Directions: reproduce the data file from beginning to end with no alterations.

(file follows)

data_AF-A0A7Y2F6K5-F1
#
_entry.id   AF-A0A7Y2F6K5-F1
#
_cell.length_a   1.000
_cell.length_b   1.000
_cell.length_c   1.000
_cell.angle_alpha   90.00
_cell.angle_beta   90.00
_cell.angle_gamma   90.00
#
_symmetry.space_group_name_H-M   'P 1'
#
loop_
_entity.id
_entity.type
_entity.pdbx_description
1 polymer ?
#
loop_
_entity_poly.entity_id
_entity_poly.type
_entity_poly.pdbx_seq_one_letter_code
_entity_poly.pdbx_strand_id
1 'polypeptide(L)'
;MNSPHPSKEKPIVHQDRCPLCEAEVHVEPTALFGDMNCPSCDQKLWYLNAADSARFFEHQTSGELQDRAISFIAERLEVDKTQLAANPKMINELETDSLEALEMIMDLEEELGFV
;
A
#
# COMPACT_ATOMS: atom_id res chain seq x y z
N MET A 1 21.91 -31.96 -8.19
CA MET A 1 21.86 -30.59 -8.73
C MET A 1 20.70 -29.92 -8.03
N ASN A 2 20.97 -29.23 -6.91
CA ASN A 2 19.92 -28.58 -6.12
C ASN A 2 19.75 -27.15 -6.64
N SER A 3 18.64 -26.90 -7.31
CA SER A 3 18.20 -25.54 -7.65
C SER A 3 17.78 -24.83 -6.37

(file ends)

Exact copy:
data_AF-A0A7Y2F6K5-F1
#
_entry.id   AF-A0A7Y2F6K5-F1
#
_cell.length_a   1.000
_cell.length_b   1.000
_cell.length_c   1.000
_cell.angle_alpha   90.00
_cell.angle_beta   90.00
_cell.angle_gamma   90.00
#
_symmetry.space_group_name_H-M   'P 1'
#
loop_
_entity.id
_entity.type
_entity.pdbx_description
1 polymer ?
#
loop_
_entity_poly.entity_id
_entity_poly.type
_entity_poly.pdbx_seq_one_letter_code
_entity_poly.pdbx_strand_id
1 'polypeptide(L)'
;MNSPHPSKEKPIVHQDRCPLCEAEVHVEPTALFGDMNCPSCDQKLWYLNAADSARFFEHQTSGELQDRAISFIAERLEVDKTQLAANPKMINELETDSLEALEMIMDLEEELGFV
;
A
#
# COMPACT_ATOMS: atom_id res chain seq x y z
N MET A 1 21.91 -31.96 -8.19
CA MET A 1 21.86 -30.59 -8.73
C MET A 1 20.70 -29.92 -8.03
N ASN A 2 20.97 -29.23 -6.91
CA ASN A 2 19.92 -28.58 -6.12
C ASN A 2 19.75 -27.15 -6.64
N SER A 3 18.64 -26.90 -7.31
CA SER A 3 18.20 -25.54 -7.65
C SER A 3 17.78 -24.83 -6.37